Other Expert Providers
So how might the rest of the expert network industry respond to the Gerson / Credit Suisse deal? We suspect there are two approaches these firms might take. This includes the approach we discussed yesterday, which is to use the Credit Suisse deal to sow fear and paranoia in the minds of the hedge fund community. As we mentioned earlier, some hedge funds might respond to this argument. However, we also think most clients will continue to choose Gerson for a range of reasons mentioned previously in this article.
Some expert network providers, however, will try to copy Gerson’s deal with Credit Suisse – particularly if they see that Gerson is able to navigate the tricky waters in convincing their hedge fund clients that the deal with Credit Suisse (and potentially other investment banks to come) will be good for them due to the “network effects” discussed earlier. And while we suspect that the smaller expert network providers are likely to find willing takers among second and third-tier investment banks, we wonder if the bulge bracket firms will really be attracted to anyone other than Gerson, or a few of their larger competitors (like Vista Research, Coleman, and Guidepoint Global).
Other Investment Banks
Of course, the more interesting response might be how the other investment banks respond to the fact that Credit Suisse has done a deal with Gerson. It is clear that with this deal, Credit Suisse is focusing on improving the quality of their core research product. As mentioned earlier, Credit Suisse might also reap the unintended benefit of being able to keep and attract better analytical talent as a result of this deal.
In our minds, we would expect that other investment banks will want to keep pace with Credit Suisse – either by signing deals with existing expert network providers like Gerson, acquiring expert network providers like Vista Research, or setting up captive networks like Bear Stearns / JP Morgan’s Primary Insight or Goldman’s Vantage networks.
Ultimately, we expect that such moves by other investment banks won’t be purely an act of playing “follow the leader” but rather meaningful attempts to improve the quality of their core proprietary research offerings.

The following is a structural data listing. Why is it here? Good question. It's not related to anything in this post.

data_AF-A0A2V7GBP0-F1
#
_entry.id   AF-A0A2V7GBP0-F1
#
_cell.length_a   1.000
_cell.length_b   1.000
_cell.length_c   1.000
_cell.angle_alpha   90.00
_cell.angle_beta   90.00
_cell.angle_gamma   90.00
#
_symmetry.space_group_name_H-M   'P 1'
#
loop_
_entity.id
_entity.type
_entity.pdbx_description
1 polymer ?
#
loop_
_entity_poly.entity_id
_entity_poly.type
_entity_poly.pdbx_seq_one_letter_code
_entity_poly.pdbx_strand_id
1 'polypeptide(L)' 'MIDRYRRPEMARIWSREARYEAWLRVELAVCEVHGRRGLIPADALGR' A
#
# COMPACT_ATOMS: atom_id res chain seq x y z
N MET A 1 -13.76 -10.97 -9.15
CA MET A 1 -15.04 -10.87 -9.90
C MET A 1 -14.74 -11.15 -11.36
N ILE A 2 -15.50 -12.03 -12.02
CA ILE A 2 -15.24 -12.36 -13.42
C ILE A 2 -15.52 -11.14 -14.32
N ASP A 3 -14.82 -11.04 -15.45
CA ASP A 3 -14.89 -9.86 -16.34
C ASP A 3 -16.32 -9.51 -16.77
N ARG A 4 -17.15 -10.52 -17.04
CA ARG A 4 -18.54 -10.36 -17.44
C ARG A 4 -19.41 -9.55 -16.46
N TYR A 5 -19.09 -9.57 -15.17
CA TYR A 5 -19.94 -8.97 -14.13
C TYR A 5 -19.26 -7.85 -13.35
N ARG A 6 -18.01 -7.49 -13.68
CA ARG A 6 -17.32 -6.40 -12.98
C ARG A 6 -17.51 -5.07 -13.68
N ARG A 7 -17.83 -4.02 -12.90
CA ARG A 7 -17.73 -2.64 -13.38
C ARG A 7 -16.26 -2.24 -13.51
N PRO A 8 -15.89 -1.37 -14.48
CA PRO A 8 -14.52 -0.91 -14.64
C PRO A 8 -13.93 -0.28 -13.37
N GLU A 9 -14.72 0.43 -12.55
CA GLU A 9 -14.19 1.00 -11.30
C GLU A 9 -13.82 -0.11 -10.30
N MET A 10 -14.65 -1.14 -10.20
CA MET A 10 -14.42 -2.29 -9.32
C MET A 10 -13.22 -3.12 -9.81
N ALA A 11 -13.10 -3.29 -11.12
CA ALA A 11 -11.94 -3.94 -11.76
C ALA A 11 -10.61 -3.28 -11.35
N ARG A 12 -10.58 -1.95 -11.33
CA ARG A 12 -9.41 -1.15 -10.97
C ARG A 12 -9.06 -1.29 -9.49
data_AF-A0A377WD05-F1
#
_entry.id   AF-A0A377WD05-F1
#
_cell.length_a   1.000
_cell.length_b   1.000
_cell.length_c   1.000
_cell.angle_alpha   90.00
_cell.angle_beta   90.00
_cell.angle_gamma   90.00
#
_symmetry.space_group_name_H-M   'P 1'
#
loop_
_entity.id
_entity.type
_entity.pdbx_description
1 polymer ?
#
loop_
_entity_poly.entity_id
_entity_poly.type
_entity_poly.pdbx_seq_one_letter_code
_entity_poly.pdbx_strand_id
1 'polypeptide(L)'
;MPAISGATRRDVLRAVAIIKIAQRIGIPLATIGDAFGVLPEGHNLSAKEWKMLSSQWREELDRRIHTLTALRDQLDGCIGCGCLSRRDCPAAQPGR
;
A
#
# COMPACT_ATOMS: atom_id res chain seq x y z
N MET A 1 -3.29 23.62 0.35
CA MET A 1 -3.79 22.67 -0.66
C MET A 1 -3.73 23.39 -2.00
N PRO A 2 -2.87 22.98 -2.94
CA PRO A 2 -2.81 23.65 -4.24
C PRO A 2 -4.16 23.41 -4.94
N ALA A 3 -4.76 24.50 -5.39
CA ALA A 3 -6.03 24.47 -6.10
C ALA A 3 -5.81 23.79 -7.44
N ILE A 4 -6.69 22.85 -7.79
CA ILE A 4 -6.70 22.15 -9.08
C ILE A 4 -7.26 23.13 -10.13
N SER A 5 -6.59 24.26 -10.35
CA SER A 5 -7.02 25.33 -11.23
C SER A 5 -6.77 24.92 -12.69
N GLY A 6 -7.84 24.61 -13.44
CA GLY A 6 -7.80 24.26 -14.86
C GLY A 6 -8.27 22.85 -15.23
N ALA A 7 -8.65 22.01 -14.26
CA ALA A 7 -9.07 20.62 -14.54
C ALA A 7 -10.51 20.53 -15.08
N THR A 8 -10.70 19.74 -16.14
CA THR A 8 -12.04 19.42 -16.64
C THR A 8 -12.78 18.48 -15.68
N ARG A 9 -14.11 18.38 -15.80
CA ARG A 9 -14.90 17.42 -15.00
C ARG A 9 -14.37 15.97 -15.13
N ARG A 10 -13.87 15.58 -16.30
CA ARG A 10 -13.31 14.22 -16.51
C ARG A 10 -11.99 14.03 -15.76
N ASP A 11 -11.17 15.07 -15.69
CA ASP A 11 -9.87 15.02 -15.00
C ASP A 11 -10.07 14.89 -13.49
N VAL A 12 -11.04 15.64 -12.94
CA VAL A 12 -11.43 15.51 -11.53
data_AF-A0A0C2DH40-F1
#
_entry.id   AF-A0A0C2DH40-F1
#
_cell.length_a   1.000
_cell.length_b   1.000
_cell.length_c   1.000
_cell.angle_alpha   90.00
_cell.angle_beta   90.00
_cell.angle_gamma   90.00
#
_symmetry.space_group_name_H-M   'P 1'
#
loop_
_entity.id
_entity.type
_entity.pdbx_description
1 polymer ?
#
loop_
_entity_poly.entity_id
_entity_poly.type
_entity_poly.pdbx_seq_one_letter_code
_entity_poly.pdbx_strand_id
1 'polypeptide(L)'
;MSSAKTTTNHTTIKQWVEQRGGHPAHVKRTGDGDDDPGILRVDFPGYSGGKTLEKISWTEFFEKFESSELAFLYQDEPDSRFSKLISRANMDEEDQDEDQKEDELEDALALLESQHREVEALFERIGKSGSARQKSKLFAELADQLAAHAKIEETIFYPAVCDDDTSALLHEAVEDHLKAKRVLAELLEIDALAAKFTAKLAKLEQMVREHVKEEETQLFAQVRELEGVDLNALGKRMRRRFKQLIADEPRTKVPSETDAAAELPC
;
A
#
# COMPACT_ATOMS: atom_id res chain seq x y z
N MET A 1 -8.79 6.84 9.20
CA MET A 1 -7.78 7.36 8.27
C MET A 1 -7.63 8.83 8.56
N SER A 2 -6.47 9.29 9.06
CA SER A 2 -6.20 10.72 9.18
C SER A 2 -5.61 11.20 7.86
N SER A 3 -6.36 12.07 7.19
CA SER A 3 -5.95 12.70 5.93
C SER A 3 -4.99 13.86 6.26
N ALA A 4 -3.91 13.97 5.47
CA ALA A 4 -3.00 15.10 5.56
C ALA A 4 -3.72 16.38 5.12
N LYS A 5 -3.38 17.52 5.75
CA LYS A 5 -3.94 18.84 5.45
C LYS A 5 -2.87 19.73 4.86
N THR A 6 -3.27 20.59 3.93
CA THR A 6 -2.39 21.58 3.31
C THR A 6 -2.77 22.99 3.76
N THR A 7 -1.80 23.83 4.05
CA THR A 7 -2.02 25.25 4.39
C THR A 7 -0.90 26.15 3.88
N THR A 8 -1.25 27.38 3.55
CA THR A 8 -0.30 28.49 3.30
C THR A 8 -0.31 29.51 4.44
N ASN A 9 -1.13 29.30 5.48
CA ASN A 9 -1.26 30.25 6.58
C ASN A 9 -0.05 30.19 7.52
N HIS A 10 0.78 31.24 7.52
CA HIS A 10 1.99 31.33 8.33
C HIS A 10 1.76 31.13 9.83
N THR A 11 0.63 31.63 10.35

It is clear to us that the Credit Suisse deal represents a watershed event for Gerson, one that will prompt some hedge funds to re-assess their use of expert networks in general and Gerson in particular. One of the key tenets of the expert network industry since Gerson first began offering its expert networks to hedge funds has been that the sell side did not have access to the network. This has now changed, and it represents an import milestone for Gerson and for the expert network industry in general.
Other alternative research firms have stumbled when they have tried to diversify their business beyond their core base of hedge funds. So far, Gerson has not. It has successfully built a strong and fast growing business offering experts to corporate clients. It has added channel checking services, and partnered with other services such as Morgan Stanley’s AlphaWise. There is no reason to think that this announcement will trigger a mass exodus of hedge funds, but Gerson is going deeper into uncharted waters.
The Credit Suisse deal is also significant for the investment banking industry as well as sell-side analysts will be able, for the first time, to benefit from the extensive networks built up by Gerson and their competitors – a development that should have a considerable positive impact on the quality of proprietary research.